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Top 5 Questions About Getting A Green Card | Mario Godoy | Chicago Immigration Lawyer

Top 5 Questions About Getting A Green Card

The immigration attorneys and legal professionals at Godoy Law Firm work with many Green Card applicants every year, and we are asked many of the same questions over and over. Here are the five most frequently asked questions about getting a green card. 

Top 5 Questions About Getting A Green Card

1. Do I need a Green Card to become a U.S. Citizen?

Yes. To become a naturalized United States citizen, you must have a valid Green Card. Some people with a green card (lawful permanent residence can apply for naturalized U.S. citizenship after 3 years, but most green card holders must wait 5 years to become a citizen.

The exceptions to the 5-year rule are:

• If you are married to a U.S. citizen you must wait 3 years

• If you are an asylee you must wait 4 years after you receive your green card

• If you are a refugee you must wait 5 years from your date of U.S. entry rather than the date you were approved for permanent residence

• If you are a current or former military member or spouse of a military member who died during active duty in the U.S. Armed Forces, special rules apply

2. How much does it cost to apply for a green card? 

• The I-130 immigrant visa application filing fee is $535.00.

• The green card application is free on the USCIS website, the main green card application document is Form I-485, the filing fee is generally $1,140. 

• If biometric data is required, there is an $85 fee.  

Each immigration application is unique, and some of the filing fees above may change based on your personal circumstances. 

3. How do I apply for the Green Card Lottery? 

The U.S. State Department Diversity Immigrant Visa Program (DV-2021), commonly called the visa lottery, will have 55,000 diversity visas available for Fiscal Year 2021. The Visa Lottery 2021 program provides green cards and legal residence for citizens from countries with low rates of immigration to the United States. 

4. What documents are required to apply for a Green Card?

The following documents are generally required to apply for a green card. Not every document applies to every green card application. 

• Birth certificate

Marriage certificate

Financial documents

Proof of sponsor’s U.S. citizenship or permanent residence

Proof of lawful U.S. entry and status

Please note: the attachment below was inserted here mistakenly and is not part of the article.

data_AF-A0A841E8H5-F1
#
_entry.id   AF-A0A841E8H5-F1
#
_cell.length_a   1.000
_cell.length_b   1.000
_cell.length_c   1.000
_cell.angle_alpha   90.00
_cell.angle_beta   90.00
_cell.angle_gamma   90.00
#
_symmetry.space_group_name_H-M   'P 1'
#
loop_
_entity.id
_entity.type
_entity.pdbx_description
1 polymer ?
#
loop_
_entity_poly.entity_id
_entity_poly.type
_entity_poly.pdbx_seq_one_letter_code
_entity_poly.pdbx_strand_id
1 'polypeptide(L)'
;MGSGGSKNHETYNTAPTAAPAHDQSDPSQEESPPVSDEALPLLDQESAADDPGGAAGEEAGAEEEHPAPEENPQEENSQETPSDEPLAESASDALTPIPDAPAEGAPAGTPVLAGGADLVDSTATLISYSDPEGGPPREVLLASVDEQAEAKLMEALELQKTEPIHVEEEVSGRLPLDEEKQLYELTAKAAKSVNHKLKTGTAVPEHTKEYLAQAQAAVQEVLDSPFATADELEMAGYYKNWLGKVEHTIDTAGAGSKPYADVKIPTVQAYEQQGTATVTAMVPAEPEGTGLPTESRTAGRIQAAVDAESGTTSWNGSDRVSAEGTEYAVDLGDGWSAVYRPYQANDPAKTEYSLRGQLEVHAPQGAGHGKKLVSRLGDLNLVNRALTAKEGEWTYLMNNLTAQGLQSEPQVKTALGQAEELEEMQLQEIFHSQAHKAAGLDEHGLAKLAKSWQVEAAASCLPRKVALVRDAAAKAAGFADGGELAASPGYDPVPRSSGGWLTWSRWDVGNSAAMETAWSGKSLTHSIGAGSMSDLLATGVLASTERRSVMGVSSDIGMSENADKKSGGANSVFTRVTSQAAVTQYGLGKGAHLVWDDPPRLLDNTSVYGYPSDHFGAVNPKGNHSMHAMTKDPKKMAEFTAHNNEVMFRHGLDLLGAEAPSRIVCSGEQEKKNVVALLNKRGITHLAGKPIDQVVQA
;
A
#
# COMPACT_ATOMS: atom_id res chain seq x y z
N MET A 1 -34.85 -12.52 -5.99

Police clearance certificate 

Prior-marriage termination papers 

Court, police, and prison records 

Military records 

Immigration violation records 

5. How long does a Green Card last?

There are two types of green cards:

• A Legal Permanent Residency with no conditions: A Green Card that expires in 10 years and can be renewed.

• 2-year Conditional Permanent Resident: A Green Card that expires in 2 years and cannot be renewed. You must file a petition to remove conditions from your residency status. 

The type of Green Card you have will determine what action you need to take to file for renewal if it is expired or expiring. It’s important that you keep your green card status current.

Bonus FAQ: Do I need an attorney to apply for my Green Card?

When filing for your green card you have 2 main options:

1. DIY Do It Yourself
This may be confusing and you can waste time and money trying to figure out the application forms you need to file. We have found that if the filing is done incorrectly you may lose time, money, and negatively impact those that you care about. 

2. Hire An Immigration Lawyer
hiring an experienced immigration lawyer can save time and money and prevent your immigration application from being delayed or even denied.

The increasingly complex rules governing legal admission to and naturalization in the United States has made the immigration process difficult to understand. With experience in many immigration cases, Mario Godoy and the other experienced immigration attorneys at the Godoy Law Office can assess your situation and advise you on your best options. Call today at 855-554-6369.  

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